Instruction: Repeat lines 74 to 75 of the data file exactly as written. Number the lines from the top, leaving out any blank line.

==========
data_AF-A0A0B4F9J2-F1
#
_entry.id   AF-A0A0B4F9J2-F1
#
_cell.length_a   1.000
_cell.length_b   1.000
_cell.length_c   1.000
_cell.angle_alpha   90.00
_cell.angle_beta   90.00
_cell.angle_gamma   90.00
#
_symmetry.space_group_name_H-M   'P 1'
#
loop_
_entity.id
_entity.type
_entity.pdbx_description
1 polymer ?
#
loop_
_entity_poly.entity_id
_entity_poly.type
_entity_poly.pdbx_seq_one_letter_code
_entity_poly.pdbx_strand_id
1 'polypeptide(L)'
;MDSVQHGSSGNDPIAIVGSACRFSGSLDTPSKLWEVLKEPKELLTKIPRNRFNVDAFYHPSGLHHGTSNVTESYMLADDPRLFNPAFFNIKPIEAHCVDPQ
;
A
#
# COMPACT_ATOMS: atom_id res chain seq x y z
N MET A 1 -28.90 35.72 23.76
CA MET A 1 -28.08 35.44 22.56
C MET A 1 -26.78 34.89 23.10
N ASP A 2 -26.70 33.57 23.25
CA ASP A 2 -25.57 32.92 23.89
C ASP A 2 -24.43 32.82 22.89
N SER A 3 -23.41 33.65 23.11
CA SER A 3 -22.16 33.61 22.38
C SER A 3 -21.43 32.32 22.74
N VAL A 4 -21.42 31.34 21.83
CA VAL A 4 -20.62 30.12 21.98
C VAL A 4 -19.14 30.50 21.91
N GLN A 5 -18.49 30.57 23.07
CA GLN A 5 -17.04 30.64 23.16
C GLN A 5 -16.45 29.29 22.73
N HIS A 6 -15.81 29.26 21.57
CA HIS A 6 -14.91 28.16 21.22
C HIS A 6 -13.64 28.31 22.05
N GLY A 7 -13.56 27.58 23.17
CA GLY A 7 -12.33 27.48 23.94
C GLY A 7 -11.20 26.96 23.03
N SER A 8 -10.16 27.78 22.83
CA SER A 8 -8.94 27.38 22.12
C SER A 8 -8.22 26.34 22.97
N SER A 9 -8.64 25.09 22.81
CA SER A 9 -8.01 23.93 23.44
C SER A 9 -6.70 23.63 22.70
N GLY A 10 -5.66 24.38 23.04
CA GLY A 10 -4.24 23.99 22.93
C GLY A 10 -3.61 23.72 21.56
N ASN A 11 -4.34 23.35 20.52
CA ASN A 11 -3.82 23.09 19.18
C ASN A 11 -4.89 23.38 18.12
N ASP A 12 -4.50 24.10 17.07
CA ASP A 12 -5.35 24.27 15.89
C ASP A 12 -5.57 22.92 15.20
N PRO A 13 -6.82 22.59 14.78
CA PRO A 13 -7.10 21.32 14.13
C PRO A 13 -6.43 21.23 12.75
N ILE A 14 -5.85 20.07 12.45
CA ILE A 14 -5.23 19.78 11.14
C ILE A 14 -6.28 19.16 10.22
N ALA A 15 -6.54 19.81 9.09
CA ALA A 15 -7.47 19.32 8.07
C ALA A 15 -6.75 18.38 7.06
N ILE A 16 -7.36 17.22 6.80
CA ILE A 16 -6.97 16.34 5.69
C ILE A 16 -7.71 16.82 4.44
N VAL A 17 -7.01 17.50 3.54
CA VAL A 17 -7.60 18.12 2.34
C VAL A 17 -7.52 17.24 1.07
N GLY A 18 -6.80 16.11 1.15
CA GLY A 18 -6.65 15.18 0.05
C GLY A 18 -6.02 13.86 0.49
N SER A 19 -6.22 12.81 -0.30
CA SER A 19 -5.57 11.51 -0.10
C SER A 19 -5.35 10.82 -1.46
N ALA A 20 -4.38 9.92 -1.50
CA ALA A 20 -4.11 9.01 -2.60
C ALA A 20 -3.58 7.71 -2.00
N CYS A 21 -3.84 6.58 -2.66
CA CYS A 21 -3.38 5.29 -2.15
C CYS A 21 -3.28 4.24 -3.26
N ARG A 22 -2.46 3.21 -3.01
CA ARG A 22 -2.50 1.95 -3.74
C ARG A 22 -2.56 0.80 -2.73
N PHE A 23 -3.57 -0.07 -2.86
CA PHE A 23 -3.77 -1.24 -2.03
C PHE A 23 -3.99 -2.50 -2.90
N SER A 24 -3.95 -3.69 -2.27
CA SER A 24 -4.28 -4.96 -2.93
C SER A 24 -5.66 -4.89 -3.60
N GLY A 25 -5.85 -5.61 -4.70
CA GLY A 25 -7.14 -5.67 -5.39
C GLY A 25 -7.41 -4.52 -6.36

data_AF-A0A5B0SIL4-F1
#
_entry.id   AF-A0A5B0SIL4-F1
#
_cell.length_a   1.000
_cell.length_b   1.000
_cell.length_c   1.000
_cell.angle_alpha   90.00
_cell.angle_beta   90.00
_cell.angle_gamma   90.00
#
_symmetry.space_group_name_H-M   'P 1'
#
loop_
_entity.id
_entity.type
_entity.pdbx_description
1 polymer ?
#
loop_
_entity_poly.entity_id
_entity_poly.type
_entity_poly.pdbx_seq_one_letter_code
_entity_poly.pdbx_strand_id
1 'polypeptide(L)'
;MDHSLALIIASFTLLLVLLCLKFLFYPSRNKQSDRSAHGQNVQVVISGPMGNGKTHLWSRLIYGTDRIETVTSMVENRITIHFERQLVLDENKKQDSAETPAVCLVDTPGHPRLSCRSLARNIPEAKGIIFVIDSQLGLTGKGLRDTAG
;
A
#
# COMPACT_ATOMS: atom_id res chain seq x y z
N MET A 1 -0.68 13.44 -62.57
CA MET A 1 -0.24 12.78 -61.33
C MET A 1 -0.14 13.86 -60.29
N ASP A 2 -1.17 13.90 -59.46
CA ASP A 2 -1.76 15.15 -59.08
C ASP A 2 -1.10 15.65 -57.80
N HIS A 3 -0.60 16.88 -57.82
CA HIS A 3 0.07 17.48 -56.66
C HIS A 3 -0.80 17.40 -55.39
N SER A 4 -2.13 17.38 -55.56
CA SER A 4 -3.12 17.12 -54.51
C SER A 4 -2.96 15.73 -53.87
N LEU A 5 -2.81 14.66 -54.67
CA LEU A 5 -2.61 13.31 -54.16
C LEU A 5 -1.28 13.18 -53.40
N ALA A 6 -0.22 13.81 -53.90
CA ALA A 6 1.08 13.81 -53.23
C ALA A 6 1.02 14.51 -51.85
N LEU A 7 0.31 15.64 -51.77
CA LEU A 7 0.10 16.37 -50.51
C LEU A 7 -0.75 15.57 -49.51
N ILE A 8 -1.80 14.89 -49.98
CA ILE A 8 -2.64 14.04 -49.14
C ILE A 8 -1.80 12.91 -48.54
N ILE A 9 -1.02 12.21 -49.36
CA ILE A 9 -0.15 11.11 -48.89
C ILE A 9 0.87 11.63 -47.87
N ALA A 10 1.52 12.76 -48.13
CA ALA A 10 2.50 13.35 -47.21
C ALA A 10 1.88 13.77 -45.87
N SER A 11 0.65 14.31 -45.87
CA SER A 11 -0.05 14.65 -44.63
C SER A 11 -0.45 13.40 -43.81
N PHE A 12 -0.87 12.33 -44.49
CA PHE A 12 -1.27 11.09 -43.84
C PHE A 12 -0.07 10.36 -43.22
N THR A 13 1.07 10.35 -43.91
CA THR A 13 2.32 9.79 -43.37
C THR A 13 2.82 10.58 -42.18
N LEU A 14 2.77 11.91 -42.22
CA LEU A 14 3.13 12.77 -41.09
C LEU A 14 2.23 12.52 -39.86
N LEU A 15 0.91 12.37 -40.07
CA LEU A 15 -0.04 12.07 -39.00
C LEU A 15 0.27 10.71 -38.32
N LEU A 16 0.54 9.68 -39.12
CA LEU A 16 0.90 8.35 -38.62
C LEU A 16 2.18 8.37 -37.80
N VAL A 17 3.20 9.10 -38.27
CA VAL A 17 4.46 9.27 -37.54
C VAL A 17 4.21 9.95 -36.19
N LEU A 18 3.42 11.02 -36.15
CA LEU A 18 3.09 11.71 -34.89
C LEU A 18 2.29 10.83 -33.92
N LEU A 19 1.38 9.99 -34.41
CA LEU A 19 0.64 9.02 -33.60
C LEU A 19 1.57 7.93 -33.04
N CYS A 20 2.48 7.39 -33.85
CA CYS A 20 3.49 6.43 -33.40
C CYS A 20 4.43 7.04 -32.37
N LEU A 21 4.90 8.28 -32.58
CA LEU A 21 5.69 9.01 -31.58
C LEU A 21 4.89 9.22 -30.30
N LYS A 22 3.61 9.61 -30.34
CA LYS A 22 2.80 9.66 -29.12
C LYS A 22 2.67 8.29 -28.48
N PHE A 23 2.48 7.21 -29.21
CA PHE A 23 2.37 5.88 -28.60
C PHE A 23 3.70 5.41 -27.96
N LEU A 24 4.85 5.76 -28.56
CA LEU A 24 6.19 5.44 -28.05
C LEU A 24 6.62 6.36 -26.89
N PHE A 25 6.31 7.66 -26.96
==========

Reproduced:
CA ALA A 15 -7.47 19.32 8.07
C ALA A 15 -6.75 18.38 7.06